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The Hittorf  tube that was being used by Röntgen when he made the observations that led to the discover of X-rays was a simple affair. It could have been made by any competent laboratory glass-blower. It consisted of a glass bulb, into which were sealed two electrodes. A partial vacuum had been created in the tube, and its operation was dependant upon the presence of this residual gas.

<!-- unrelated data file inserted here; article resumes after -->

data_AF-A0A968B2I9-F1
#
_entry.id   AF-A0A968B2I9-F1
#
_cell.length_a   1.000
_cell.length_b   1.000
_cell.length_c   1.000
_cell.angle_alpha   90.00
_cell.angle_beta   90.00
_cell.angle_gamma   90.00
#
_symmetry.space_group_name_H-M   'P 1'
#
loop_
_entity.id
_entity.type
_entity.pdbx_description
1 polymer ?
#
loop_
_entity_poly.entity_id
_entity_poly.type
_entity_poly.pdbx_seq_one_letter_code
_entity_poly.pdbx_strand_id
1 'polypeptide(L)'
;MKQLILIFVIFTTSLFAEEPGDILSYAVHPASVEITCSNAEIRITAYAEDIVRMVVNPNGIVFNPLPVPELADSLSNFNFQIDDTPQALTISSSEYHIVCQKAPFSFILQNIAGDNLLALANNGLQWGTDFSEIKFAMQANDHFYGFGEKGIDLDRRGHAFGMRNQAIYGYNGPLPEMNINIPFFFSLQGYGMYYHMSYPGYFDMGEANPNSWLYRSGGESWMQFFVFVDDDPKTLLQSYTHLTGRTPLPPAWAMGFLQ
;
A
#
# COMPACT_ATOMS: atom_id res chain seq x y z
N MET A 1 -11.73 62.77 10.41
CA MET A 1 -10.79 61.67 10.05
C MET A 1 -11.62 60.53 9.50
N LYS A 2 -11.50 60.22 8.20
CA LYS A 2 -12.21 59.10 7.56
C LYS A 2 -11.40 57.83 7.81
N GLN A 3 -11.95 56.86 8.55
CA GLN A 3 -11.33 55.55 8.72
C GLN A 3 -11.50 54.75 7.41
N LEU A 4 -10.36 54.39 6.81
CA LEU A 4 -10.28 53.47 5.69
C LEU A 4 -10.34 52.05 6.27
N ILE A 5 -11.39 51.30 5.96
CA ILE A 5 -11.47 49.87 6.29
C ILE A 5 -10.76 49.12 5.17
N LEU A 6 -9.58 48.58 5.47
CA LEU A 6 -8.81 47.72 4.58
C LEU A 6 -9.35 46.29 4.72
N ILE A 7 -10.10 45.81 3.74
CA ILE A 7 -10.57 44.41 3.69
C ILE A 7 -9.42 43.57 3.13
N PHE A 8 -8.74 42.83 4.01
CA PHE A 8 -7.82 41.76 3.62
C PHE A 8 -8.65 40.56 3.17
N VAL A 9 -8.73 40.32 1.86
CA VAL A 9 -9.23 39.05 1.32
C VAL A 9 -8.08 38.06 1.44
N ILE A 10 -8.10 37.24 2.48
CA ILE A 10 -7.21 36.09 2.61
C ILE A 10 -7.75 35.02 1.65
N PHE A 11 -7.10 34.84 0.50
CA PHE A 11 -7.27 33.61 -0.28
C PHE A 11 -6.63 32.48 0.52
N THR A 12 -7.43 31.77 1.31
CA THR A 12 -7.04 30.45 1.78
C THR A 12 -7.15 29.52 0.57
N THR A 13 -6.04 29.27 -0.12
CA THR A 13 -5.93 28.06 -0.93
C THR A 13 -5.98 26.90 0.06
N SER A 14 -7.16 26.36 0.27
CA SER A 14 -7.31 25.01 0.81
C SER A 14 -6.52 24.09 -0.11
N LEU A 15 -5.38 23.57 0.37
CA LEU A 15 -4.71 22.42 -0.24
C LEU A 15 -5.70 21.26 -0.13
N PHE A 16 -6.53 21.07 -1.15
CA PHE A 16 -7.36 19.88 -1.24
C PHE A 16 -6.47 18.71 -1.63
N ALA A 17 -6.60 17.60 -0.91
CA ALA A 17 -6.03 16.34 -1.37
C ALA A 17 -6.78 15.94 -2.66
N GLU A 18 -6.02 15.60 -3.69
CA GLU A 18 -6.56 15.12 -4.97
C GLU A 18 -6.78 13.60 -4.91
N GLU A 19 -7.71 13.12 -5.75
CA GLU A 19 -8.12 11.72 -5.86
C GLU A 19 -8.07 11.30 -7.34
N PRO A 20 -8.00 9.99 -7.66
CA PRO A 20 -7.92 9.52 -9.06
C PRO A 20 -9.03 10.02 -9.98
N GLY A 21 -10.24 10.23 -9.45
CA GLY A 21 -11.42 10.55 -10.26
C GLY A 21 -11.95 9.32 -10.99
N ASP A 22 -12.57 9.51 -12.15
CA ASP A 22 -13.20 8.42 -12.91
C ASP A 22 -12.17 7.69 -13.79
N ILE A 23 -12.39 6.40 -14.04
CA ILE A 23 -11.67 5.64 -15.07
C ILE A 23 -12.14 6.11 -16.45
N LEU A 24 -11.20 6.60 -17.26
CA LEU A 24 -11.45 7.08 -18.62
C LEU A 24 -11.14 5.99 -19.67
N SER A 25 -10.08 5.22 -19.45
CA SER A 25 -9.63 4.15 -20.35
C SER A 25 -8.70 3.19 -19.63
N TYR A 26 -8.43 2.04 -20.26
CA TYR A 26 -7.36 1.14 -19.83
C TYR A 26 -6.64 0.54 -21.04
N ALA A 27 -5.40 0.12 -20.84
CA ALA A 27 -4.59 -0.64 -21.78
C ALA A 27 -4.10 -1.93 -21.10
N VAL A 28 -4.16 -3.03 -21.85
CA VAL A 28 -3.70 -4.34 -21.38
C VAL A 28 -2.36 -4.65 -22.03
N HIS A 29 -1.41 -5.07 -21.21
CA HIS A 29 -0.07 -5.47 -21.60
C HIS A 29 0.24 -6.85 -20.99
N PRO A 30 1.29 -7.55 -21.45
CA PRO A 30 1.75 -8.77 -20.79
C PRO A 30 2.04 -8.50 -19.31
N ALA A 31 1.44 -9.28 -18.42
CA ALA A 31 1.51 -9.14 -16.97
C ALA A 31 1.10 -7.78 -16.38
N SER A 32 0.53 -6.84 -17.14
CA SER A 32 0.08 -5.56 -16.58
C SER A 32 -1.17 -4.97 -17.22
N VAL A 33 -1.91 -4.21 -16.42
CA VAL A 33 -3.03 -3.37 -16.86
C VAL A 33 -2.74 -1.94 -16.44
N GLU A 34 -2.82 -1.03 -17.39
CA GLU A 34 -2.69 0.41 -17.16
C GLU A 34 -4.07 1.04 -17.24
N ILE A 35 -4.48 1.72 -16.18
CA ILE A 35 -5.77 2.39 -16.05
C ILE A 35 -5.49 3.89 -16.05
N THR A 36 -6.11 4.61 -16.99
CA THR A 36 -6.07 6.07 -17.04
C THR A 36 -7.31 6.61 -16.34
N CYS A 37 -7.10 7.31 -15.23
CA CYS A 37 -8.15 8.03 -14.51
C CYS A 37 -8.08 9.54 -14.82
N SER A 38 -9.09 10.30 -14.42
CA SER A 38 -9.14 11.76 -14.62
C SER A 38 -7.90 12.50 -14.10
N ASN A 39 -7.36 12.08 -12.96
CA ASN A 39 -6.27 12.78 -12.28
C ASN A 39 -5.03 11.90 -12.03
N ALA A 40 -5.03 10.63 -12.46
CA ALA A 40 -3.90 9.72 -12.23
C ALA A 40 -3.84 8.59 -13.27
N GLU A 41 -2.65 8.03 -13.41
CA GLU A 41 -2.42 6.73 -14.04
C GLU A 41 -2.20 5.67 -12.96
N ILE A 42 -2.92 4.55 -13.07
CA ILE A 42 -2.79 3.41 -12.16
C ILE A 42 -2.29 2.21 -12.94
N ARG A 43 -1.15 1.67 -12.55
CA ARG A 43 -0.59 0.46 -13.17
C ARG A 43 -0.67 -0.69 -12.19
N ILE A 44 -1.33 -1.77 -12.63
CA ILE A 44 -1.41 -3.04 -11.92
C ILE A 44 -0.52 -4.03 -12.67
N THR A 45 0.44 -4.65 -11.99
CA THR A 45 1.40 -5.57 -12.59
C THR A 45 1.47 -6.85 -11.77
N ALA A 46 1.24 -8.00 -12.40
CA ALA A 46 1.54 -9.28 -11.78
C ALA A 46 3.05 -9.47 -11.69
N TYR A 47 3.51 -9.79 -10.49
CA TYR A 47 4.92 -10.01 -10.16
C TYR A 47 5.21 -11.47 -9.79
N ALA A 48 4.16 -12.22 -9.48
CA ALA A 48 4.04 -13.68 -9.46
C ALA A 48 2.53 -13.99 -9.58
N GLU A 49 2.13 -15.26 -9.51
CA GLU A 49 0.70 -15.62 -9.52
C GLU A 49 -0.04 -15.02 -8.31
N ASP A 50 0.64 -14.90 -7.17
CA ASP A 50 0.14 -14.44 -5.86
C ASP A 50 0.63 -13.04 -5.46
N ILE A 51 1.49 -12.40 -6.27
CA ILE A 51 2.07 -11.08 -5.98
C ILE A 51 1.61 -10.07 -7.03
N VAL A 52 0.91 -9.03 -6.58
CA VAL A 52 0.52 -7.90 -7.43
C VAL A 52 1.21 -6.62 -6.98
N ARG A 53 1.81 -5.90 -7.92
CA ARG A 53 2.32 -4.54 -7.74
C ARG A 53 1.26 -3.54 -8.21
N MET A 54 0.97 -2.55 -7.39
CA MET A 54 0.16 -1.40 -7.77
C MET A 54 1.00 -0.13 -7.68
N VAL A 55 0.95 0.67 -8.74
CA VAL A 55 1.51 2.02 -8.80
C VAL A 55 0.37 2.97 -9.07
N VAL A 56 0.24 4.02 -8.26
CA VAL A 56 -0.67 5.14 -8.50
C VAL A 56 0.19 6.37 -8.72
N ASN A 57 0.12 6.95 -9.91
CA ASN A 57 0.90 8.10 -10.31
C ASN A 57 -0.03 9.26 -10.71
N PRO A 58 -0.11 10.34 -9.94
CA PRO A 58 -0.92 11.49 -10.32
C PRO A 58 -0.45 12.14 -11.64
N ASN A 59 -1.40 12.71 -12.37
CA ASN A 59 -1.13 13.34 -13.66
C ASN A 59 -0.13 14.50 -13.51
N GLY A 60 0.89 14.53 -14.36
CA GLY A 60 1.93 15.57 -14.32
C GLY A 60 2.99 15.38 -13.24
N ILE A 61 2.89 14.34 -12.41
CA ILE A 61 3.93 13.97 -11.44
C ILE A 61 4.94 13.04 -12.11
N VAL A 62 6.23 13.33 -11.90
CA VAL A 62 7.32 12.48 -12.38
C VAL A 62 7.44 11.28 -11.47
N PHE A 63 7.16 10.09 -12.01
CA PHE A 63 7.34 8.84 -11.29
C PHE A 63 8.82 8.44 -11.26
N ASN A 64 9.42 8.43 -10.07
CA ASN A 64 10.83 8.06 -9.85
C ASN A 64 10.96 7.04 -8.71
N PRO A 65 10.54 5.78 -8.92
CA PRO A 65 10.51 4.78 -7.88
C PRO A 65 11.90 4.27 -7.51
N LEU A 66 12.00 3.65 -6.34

When a high voltage was applied across the tube, the gas became ionized, and current flowed between the electrodes. If the electrode at the narrow end of the rube was attached to the negative pole of the supply, and the electrode nearest the wide end of the tube attached to the positive pole, the tube was filled with a faint glow, but an area on the broad end of the tube would glow brightly.